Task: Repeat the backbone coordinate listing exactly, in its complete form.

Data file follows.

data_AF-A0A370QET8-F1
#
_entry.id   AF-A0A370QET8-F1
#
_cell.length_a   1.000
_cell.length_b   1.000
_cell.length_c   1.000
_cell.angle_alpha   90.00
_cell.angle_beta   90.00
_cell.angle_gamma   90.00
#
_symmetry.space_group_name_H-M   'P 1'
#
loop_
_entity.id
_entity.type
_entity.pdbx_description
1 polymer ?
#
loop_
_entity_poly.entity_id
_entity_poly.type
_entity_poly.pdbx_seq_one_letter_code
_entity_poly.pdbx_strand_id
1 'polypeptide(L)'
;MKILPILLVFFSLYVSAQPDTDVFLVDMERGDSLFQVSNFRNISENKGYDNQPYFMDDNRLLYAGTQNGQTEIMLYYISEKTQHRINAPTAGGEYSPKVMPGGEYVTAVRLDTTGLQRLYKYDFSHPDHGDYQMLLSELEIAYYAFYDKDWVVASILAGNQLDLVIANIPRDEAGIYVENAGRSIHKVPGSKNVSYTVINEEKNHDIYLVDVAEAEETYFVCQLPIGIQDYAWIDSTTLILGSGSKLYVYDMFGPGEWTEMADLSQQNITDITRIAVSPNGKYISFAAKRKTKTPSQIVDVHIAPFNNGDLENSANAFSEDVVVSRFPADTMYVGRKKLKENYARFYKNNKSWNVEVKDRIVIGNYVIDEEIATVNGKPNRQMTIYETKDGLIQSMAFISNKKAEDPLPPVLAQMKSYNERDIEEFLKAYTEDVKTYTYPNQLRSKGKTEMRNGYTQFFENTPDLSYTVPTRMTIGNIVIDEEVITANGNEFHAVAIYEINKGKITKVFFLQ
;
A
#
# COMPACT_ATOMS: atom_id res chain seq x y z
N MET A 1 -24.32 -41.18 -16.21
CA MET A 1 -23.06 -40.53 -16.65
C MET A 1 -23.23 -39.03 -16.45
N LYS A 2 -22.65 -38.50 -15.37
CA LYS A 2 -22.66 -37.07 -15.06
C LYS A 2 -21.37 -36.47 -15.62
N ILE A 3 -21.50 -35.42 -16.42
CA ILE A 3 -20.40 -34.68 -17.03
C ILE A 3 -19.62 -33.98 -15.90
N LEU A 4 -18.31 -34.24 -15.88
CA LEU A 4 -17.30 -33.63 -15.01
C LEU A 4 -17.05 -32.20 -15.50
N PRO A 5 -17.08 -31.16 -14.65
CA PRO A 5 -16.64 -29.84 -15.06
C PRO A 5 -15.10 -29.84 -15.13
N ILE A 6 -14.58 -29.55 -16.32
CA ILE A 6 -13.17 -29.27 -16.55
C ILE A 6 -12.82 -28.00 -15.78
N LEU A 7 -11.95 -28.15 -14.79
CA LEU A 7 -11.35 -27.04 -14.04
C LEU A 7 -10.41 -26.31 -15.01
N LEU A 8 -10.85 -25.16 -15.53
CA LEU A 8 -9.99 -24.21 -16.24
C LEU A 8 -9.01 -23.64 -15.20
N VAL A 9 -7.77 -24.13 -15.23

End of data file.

data_AF-A0A370QET8-F1
#
_entry.id   AF-A0A370QET8-F1
#
_cell.length_a   1.000
_cell.length_b   1.000
_cell.length_c   1.000
_cell.angle_alpha   90.00
_cell.angle_beta   90.00
_cell.angle_gamma   90.00
#
_symmetry.space_group_name_H-M   'P 1'
#
loop_
_entity.id
_entity.type
_entity.pdbx_description
1 polymer ?
#
loop_
_entity_poly.entity_id
_entity_poly.type
_entity_poly.pdbx_seq_one_letter_code
_entity_poly.pdbx_strand_id
1 'polypeptide(L)'
;MKILPILLVFFSLYVSAQPDTDVFLVDMERGDSLFQVSNFRNISENKGYDNQPYFMDDNRLLYAGTQNGQTEIMLYYISEKTQHRINAPTAGGEYSPKVMPGGEYVTAVRLDTTGLQRLYKYDFSHPDHGDYQMLLSELEIAYYAFYDKDWVVASILAGNQLDLVIANIPRDEAGIYVENAGRSIHKVPGSKNVSYTVINEEKNHDIYLVDVAEAEETYFVCQLPIGIQDYAWIDSTTLILGSGSKLYVYDMFGPGEWTEMADLSQQNITDITRIAVSPNGKYISFAAKRKTKTPSQIVDVHIAPFNNGDLENSANAFSEDVVVSRFPADTMYVGRKKLKENYARFYKNNKSWNVEVKDRIVIGNYVIDEEIATVNGKPNRQMTIYETKDGLIQSMAFISNKKAEDPLPPVLAQMKSYNERDIEEFLKAYTEDVKTYTYPNQLRSKGKTEMRNGYTQFFENTPDLSYTVPTRMTIGNIVIDEEVITANGNEFHAVAIYEINKGKITKVFFLQ
;
A
#
# COMPACT_ATOMS: atom_id res chain seq x y z
N MET A 1 -24.32 -41.18 -16.21
CA MET A 1 -23.06 -40.53 -16.65
C MET A 1 -23.23 -39.03 -16.45
N LYS A 2 -22.65 -38.50 -15.37
CA LYS A 2 -22.66 -37.07 -15.06
C LYS A 2 -21.37 -36.47 -15.62
N ILE A 3 -21.50 -35.42 -16.42
CA ILE A 3 -20.40 -34.68 -17.03
C ILE A 3 -19.62 -33.98 -15.90
N LEU A 4 -18.31 -34.24 -15.88
CA LEU A 4 -17.30 -33.63 -15.01
C LEU A 4 -17.05 -32.20 -15.50
N PRO A 5 -17.08 -31.16 -14.65
CA PRO A 5 -16.64 -29.84 -15.06
C PRO A 5 -15.10 -29.84 -15.13
N ILE A 6 -14.58 -29.55 -16.32
CA ILE A 6 -13.17 -29.27 -16.55
C ILE A 6 -12.82 -28.00 -15.78
N LEU A 7 -11.95 -28.15 -14.79
CA LEU A 7 -11.35 -27.04 -14.04
C LEU A 7 -10.41 -26.31 -15.01
N LEU A 8 -10.85 -25.16 -15.53
CA LEU A 8 -9.99 -24.21 -16.24
C LEU A 8 -9.01 -23.64 -15.20
N VAL A 9 -7.77 -24.13 -15.23